When it opened 50 years ago, the Nashville Municipal auditorium contained one of the premiere concert venues and expo spaces in the city. Now, post-Bridgestone Arena, LP Field, Music City Center and the proliferation of other small-to-mid-sized music venues, Municipal — now officially known as the Musicians Hall of Fame and Museum at the Nashville Municipal Auditorium — is looking to find its niche.
Tearing down the building, if it was ever on the table, appears to be off it for now. So auditorium officials want to determine what Municipal should be.
During the council’s budget hearings last month, Councilman Ronnie Steine asked Skoney and Municipal Auditorium Commission Chairman Randy Rayburn for their thoughts on the facility’s role in Nashville going forward. Both suggested the auditorium could function in tandem with the Music City Center, hosting convention-related events, or serve as an alternative for business groups or musical acts when the MCC or Bridgestone are booked.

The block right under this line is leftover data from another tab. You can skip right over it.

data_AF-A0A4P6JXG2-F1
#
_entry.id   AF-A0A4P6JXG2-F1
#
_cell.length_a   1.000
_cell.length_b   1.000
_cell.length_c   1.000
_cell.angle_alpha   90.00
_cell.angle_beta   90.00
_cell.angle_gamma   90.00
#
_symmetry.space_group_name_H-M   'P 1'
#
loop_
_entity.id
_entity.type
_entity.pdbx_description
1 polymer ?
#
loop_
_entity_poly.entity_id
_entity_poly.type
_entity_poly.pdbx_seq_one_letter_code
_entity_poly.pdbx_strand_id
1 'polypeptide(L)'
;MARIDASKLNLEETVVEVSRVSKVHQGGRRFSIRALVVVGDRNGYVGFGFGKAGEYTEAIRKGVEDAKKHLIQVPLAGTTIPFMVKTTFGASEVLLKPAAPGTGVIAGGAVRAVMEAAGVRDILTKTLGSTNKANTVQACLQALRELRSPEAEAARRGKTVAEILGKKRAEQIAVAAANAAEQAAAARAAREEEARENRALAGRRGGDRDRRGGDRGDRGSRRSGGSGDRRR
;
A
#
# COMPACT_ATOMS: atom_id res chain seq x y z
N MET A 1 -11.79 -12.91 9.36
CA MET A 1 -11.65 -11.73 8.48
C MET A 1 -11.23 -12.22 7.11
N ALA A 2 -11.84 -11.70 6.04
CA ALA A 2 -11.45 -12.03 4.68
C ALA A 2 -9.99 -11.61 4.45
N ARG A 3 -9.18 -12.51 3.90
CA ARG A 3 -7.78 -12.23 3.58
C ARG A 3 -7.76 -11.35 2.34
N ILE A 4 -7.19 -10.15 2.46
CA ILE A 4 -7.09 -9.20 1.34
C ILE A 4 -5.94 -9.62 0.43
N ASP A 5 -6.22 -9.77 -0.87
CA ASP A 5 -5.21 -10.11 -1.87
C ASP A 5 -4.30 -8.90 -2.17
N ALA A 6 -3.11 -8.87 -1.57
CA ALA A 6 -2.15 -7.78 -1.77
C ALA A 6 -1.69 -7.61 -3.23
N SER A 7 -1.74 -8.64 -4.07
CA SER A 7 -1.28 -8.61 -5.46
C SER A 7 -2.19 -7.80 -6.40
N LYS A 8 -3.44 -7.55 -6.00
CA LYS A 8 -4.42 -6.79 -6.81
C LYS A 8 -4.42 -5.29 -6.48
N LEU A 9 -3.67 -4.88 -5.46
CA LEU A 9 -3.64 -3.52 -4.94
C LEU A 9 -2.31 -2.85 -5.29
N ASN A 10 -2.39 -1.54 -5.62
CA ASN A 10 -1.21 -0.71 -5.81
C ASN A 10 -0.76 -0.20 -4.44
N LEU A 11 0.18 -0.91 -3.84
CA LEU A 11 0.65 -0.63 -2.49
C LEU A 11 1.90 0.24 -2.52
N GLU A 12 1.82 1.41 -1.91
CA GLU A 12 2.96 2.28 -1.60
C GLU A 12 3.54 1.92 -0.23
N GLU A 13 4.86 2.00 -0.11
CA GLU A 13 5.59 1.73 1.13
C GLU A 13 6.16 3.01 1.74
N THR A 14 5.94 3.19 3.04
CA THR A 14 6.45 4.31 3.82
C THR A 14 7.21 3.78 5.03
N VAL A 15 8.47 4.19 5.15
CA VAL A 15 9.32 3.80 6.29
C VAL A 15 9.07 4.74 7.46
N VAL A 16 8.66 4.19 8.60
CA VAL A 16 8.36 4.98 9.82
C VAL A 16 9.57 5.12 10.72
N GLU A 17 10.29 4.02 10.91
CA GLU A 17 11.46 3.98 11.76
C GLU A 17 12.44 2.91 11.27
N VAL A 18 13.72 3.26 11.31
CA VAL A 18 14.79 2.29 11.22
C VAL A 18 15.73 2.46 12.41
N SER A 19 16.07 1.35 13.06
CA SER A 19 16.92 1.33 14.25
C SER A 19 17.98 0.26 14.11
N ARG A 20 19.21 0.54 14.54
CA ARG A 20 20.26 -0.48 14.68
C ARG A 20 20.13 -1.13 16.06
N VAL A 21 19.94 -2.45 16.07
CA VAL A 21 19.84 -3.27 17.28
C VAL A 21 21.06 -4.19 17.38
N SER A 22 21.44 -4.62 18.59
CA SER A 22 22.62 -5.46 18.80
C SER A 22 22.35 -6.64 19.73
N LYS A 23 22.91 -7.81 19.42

Rayburn said he favors commissioning a professional study to determine what the auditorium’s best uses might be. He told The City Paper more recently that the commission has expressed unanimous support for the idea.
“Bob Skoney has done an excellent job of running and managing the facility,” he said. “But the facility going forward, it needs to be determined what’s the best vehicle to do that.”
Rayburn and Skoney, the auditorium's general manager, say they plan to meet with Dean administration officials to discuss the possibility of such a study.